Let’s Do Brunch: Brunch Worth The Drive

Going the distance for great food is worth it. Here are three brilliant brunch spots that are just a car ride away. Featuring Taxman Brewing Company and more.

March 2017Add a comment

Taxman Brewing Company

The urge to eat like a fieldhand comes naturally at a spot that sits on the edge of a little metropolis of grain silos in Johnson County. When a couple of former accountants converted the old Tri-State Bolt warehouse in Bargersville into a polished two-story brewery and gastropub in 2015, fans of classic Belgian-inspired beers started making the pilgrimage to this small town along the railroad tracks. The menu’s lusty take on local farm stock translates well to an early-Sunday repast of braised lamb with potato hash and poached eggs on grilled pita, or breakfast frites topped with sausage gravy, bacon, cheese, and eggs. Menus affixed to battered wooden clipboards focus on rib-sticking savories, like a rich and complex sausage huevos bowl brimming with tortilla chips, beans, and Smoking Goose Kitchen Sink sausage under frizzled red onions that’s so delicious you won’t even notice if some of the sweet barbecue sauce drips on your Carhartt barn jacket. If you want to burn off that confit chicken-in-a-biscuit with scallion hollandaise (or the multiple “beer-mosas” that washed it down), do a little exploring in the surrounding blocks of small-town quaintness, including Pump House Antiques, Johnson Barbecue, and a local hair salon that preempted any hipster mockery over the winter, proudly proclaiming on its letter board out front: “Our haircuts are 100% gluten free.” Brunch hours: 10 a.m.–3 p.m. Sun. 13 S. Baldwin St., Bargersville, 317-458-0210, taxmanbrewing company.com   

The Wildcat

The pride of place is so refreshing at downtown Kokomo’s trending hangout that even outsiders feel like part of the new-Hoosier home team. The name, for starters, pays tribute to the scenic Wildcat Creek, which empties into the Wabash and was once populated by members of the Wea and Miami Indian tribes. (The upstairs cocktail/live music lounge, The Coterie, gives a hip history lesson through its drink list, written as a timeline that would impress Leslie Knope.) Slow Sunday mornings on the Howard County courthouse square—which hosts a farmers market, First Friday, and craft beer festival—might include a plateful of pastrami hash, fried chicken in a fat buttermilk biscuit, or flank steak and eggs in a narrow slip of a dining room that also houses a nanobrewery taproom and a couple of turntables. To eat like a local, take a seat at the counter with your folded Tribune and order the chef’s omelet with a side of piping-hot cheese curds and a Kokomo Coffee (espresso with whiskey and bourbon cream). Brunch hours: 11 a.m.–3 p.m. Sat.–Sun. 107 W. Sycamore St., Kokomo, 765-865-8374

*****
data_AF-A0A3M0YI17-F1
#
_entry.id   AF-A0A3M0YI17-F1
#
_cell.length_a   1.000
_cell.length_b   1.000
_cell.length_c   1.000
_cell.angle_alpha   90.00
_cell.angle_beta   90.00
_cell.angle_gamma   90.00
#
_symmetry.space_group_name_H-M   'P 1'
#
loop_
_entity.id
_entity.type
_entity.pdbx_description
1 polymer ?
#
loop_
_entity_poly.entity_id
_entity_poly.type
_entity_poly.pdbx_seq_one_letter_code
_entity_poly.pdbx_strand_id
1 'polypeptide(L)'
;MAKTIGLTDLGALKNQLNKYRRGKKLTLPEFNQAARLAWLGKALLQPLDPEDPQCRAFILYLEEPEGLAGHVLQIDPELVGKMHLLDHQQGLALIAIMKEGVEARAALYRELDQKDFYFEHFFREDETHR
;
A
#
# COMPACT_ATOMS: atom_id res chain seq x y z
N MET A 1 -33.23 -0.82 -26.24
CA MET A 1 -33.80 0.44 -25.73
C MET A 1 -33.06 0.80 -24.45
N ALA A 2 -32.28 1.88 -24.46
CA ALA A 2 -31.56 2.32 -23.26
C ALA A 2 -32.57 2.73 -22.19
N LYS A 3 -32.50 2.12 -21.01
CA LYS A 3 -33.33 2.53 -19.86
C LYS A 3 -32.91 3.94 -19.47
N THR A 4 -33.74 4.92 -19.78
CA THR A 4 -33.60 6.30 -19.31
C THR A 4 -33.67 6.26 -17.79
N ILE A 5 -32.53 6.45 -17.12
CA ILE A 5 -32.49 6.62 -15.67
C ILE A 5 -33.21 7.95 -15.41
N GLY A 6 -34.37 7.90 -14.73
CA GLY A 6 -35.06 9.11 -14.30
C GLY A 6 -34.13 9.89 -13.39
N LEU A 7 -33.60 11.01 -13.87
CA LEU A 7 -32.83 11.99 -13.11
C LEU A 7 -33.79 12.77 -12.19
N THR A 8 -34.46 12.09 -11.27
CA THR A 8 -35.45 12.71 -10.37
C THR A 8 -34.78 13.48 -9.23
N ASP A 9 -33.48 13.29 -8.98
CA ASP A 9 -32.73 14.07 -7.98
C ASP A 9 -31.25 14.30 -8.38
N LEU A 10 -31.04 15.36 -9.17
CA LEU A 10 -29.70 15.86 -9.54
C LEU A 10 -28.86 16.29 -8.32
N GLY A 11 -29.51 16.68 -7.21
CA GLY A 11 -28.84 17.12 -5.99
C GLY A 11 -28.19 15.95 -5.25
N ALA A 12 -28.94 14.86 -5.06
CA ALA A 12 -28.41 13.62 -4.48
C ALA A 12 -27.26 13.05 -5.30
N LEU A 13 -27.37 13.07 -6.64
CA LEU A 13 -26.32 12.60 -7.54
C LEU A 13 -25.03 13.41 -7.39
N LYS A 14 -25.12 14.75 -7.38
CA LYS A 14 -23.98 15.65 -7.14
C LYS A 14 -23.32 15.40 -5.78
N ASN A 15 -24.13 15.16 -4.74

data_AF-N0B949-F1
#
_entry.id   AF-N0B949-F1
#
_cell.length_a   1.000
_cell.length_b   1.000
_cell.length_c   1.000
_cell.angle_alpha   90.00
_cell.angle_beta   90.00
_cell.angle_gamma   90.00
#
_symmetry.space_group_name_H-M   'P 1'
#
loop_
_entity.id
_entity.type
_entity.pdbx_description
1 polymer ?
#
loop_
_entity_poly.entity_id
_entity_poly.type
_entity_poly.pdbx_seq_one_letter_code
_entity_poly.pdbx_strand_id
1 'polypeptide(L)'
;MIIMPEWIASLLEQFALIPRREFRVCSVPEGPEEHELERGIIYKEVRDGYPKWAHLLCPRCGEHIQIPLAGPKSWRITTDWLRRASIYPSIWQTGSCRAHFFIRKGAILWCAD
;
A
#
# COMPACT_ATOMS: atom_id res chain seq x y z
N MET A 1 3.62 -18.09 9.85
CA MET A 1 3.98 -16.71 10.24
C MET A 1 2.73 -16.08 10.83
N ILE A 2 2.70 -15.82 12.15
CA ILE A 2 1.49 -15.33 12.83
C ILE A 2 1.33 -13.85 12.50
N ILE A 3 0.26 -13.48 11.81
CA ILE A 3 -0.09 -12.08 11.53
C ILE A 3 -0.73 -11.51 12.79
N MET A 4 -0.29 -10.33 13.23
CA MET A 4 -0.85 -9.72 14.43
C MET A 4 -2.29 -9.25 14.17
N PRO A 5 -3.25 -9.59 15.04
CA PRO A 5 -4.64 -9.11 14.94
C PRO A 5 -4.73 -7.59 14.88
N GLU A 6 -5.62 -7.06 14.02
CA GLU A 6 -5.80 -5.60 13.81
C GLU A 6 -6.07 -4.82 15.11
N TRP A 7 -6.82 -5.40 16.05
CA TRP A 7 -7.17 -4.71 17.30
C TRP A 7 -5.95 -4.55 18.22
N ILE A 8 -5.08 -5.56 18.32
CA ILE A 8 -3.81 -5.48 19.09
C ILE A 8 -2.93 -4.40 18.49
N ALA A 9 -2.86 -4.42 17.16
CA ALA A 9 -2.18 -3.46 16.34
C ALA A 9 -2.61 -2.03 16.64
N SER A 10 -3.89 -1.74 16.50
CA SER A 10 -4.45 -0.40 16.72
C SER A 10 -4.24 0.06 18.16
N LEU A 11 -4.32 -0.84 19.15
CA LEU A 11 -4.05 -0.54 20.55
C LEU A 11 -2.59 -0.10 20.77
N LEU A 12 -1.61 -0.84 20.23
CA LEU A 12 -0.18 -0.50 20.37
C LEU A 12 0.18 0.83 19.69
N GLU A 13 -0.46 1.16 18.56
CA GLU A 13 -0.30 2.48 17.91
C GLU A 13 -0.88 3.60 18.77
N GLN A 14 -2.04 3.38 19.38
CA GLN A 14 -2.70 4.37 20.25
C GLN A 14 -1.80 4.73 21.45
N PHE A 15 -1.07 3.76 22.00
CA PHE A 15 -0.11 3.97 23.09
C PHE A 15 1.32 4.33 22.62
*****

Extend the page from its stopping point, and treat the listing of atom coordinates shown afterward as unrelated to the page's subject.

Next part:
The Golden

In hipper-by-the-minute downtown Fort Wayne, The Golden is the coolest new kid on the block. With sky-high ceilings, polished concrete floors, an open kitchen viewable from most of the house, and chef Aaron Butts of Joseph Decuis fame at the helm—you know this is someplace special. The acclaimed chef has built a serious foodie mecca here, with laid-back service and down-to-earth staff to boot. But be forewarned: the menu changes weekly, so try not to get too attached. Even if the savory breakfast fried rice—a Mexican/Japanese mash-up of maple-soy gastrique, rice, smoky ham hock, cheddar, jalapeño rings, and fried egg isn’t offered, the Gruyère-gooey croque “Macho Man” on sweet brioche toast might be. One hopes, though, that the stellar cocktail menu goes untouched. We want another round of peppery Bloody Marys and crisp, gin-y Grapefruit Four Ways. Or maybe just a large French-press of coffee and warm, crusty beignets. Brunch hours: 10 a.m.–2 p.m. Sun. 898 Harrison St., Fort Wayne, 260-710-8368, goldenfw.com

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